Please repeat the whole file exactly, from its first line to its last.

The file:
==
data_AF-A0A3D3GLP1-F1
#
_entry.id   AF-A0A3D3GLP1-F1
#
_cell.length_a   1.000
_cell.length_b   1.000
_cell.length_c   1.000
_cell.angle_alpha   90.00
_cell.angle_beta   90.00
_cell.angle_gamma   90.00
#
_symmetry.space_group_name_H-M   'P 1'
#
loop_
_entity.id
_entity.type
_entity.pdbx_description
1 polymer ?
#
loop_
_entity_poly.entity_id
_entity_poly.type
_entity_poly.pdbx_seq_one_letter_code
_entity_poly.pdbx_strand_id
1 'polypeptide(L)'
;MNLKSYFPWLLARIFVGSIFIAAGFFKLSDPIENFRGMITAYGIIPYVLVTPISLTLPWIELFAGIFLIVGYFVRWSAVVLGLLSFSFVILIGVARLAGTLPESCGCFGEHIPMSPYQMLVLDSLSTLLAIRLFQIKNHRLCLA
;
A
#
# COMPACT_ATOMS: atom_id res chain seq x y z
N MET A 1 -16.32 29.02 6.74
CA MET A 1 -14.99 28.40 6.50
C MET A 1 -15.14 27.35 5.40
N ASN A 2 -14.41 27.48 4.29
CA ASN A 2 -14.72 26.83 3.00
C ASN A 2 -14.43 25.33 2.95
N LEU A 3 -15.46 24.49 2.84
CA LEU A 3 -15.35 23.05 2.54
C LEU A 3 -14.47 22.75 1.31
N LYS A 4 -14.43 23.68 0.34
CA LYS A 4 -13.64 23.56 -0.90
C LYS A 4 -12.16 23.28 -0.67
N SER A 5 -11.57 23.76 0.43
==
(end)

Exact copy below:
data_AF-A0A3D3GLP1-F1
#
_entry.id   AF-A0A3D3GLP1-F1
#
_cell.length_a   1.000
_cell.length_b   1.000
_cell.length_c   1.000
_cell.angle_alpha   90.00
_cell.angle_beta   90.00
_cell.angle_gamma   90.00
#
_symmetry.space_group_name_H-M   'P 1'
#
loop_
_entity.id
_entity.type
_entity.pdbx_description
1 polymer ?
#
loop_
_entity_poly.entity_id
_entity_poly.type
_entity_poly.pdbx_seq_one_letter_code
_entity_poly.pdbx_strand_id
1 'polypeptide(L)'
;MNLKSYFPWLLARIFVGSIFIAAGFFKLSDPIENFRGMITAYGIIPYVLVTPISLTLPWIELFAGIFLIVGYFVRWSAVVLGLLSFSFVILIGVARLAGTLPESCGCFGEHIPMSPYQMLVLDSLSTLLAIRLFQIKNHRLCLA
;
A
#
# COMPACT_ATOMS: atom_id res chain seq x y z
N MET A 1 -16.32 29.02 6.74
CA MET A 1 -14.99 28.40 6.50
C MET A 1 -15.14 27.35 5.40
N ASN A 2 -14.41 27.48 4.29
CA ASN A 2 -14.72 26.83 3.00
C ASN A 2 -14.43 25.33 2.95
N LEU A 3 -15.46 24.49 2.84
CA LEU A 3 -15.35 23.05 2.54
C LEU A 3 -14.47 22.75 1.31
N LYS A 4 -14.43 23.68 0.34
CA LYS A 4 -13.64 23.56 -0.90
C LYS A 4 -12.16 23.28 -0.67
N SER A 5 -11.57 23.76 0.43